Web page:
DRDGOLD CEO, Niël Pretorius, said he would not take any chances in getting shareholders to support the proposed acquisition of gold-bearing slimes from Sibanye-Stillwater, unveiled to the market last month.
“Nothing is a formality,” said Pretorius whose company is compiling a circular due to be issued in mid-January that would set out the financial effects of the transaction valued at about R1.3bn. Pretorius also said in an interview with Miningmx that he would not sacrifice DRDGold’s long-standing track-record of dividend payments in order to grow production.
DRDGold and Sibanye-Stillwater announced on November 22 a proposal that the latter swap the surface gold slimes of its Libanon and Driefontein operations in return for a 38% stake in DRDGold. These slimes comprise part of Sibanye-Stillwater’s West Rand Tailings Retreatment Project – the WRTRP – but excluded uranium tailings at the firm’s nearby Cooke shafts. Sibanye-Stillwater would also have an option to lift its stake in DRDGold to over 50%. It would get immediate board representation.
An important precursor to the first stage of the transaction, however, is that DRDGold shareholders provide a waiver exempting Sibanye-Stillwater from making an mandatory offer to DRDGold minority shareholders. This is normally a requirement when one company offers to buy more than 35% of the issued share capital of another company.
Neal Froneman, CEO of Sibanye-Stillwater, said the transaction would not proceed as planned unless this waiver was provided by DRDGold shareholders.
Said Pretorius: “We need to talk to our shareholders. We have had some preliminary discussions, but it’s important that DRDGold motivates this properly. I hope the market sees that from a value per capita perspective, this deal makes sense”. No single DRDGold shareholder owned more than 5% of the stock.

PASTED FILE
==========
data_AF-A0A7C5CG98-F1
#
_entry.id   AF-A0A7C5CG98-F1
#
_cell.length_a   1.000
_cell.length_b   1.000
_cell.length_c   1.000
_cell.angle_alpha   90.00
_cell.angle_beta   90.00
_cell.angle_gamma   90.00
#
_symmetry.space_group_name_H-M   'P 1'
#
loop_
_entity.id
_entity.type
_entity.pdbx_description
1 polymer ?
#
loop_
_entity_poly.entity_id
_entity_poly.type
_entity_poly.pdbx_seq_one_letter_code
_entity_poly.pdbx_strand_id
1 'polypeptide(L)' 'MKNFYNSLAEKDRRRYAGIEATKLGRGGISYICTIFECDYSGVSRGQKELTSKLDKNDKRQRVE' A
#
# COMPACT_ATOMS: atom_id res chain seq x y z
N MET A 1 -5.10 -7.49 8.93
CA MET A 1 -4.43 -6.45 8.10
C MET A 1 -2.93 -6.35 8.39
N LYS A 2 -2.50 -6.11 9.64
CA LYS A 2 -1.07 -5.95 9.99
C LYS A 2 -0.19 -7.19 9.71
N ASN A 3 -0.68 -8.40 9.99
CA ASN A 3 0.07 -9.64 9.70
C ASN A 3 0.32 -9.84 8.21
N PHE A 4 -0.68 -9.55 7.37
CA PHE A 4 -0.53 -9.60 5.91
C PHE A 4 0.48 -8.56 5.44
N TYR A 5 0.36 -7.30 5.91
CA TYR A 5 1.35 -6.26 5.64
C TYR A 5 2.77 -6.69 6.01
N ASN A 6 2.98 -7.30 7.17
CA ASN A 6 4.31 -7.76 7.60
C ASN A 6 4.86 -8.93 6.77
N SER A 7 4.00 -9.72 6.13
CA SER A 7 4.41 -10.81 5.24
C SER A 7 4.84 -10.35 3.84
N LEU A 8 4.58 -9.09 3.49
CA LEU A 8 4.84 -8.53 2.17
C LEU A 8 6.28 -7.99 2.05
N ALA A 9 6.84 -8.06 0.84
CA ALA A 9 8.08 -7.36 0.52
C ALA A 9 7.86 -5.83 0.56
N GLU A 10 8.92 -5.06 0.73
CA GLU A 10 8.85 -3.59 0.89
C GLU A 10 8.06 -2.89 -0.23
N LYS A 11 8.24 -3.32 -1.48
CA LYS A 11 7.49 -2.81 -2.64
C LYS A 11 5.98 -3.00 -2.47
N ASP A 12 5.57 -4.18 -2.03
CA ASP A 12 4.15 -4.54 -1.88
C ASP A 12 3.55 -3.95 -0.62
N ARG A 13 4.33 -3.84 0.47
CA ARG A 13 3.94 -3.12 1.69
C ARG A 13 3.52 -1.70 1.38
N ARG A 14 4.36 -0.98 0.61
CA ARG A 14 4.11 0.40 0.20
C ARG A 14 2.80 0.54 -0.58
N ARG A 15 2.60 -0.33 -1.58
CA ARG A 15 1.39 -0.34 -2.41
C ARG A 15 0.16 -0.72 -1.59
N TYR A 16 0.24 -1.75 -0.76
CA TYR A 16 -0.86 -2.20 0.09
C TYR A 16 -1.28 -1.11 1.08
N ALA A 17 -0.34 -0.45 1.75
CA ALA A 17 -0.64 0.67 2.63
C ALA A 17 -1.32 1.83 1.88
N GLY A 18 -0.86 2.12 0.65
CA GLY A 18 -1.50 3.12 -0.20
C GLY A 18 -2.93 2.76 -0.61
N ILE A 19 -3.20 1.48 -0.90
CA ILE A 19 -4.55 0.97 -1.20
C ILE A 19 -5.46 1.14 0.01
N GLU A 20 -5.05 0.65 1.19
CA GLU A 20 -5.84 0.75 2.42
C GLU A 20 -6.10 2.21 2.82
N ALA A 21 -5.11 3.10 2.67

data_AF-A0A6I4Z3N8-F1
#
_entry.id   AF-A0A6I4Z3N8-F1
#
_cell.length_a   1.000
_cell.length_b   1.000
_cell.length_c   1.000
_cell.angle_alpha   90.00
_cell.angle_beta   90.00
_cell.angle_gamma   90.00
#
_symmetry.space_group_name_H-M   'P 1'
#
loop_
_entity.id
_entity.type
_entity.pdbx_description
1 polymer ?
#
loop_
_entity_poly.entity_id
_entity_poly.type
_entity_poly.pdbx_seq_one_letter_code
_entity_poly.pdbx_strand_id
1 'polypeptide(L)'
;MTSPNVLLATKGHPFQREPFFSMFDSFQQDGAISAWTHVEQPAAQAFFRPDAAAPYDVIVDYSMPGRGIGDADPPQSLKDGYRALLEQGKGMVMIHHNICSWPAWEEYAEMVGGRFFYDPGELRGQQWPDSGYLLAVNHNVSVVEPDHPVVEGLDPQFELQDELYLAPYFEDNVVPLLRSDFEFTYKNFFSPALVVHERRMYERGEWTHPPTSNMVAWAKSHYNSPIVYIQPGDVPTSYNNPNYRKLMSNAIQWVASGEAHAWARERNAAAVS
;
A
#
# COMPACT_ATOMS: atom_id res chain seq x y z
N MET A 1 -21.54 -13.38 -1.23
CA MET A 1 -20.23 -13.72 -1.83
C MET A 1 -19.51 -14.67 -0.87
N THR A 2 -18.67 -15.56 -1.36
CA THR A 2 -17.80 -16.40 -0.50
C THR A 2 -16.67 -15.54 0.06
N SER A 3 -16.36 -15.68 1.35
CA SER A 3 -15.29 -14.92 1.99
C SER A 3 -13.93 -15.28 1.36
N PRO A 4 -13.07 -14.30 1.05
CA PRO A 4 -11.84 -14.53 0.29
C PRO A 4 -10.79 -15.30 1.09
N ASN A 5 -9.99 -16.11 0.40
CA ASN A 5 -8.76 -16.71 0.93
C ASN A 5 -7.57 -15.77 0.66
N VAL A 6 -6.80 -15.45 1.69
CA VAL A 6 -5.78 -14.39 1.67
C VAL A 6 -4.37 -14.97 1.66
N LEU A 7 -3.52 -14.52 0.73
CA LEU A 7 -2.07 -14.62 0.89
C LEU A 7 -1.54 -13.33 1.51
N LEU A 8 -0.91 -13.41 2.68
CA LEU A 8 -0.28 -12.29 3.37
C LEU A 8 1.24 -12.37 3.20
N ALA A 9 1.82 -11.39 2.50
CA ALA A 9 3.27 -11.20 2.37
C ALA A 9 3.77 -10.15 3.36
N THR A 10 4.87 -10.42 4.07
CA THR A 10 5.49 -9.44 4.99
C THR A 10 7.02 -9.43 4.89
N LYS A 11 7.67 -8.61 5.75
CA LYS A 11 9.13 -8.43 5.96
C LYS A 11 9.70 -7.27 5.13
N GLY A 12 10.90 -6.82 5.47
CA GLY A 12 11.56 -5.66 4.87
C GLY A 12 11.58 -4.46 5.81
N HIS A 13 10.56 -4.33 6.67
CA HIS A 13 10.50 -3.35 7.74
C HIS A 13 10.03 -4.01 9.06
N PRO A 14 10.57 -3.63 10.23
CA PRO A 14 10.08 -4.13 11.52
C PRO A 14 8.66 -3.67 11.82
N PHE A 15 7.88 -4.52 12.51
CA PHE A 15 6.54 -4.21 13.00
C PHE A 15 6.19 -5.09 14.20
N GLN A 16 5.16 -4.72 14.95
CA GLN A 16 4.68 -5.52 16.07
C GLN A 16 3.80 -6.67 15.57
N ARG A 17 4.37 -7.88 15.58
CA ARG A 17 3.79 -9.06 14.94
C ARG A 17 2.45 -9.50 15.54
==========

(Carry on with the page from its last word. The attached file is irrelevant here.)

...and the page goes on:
The addition of the higher grade Libanon and Driefontein slimes – a mere 0.03 grams per tonne higher than the average 0.344g/t grade DRDGold achieves from its existing facilities – has a significant economic effect when multiplied by the millions of tonnes of surface ore that DRDGold will be mining, said Pretorius. “Because our costs are relatively fixed, this will have a very important impact on DRDGold.”
“This deal sets us up with growth for the next 13-odd years. Right now there is 28 million tonnes (Mt) of slimes that we can mine at negligible capital expenditure cost – about R200m – which we can mine out of cash flow and lender reserves,” said Pretorius. “But the intention is to mine 180Mt of the resources that we have bought.”
Short term mining of the Sibanye-Stillwater slimes would have no impact on the ability of DRDGold to continue paying a dividend to shareholders. “We don’t want to sacrifice the dividend. We work on paying a dividend after providing for one month’s working capital and capital requirements. We started that 10-years ago. And what we won’t do is borrow money in order to pay out cash,” he said.
According to Johann Steyn, an analyst at Citi, capital expenditure may be as much as R4.2bn to fully develop WRTRP, however. Whilst he said there was little to dislike in agreement between Sibanye-Stillwater and DRDGold, there were still risks.
“The main risk, in our view, is if DRD is unable to fully fund the capital commitments for the WRTRP from internal funds and debt, in which case shareholders, including Sibanye-Stillwater, may be approached for additional funding. Reinvesting liquid capital back into South Africa may be a negative for most investors,” he said.
Pretorius said the capital expenditure calculations depended on just how much of the WRTRP project was to be mined. “The R4.2bn capital figure is a figure Sibanye-Stillwater was working on to re-mine all of its resources which is not in our project,” said Pretorius.
The partnership will almost double DRDGold’s resources currently estimated to be about 5.75 million ounces of gold. The company produced 137,000 oz of gold from surface retreatment activities in its last financial year. It paid a five cents per share dividend.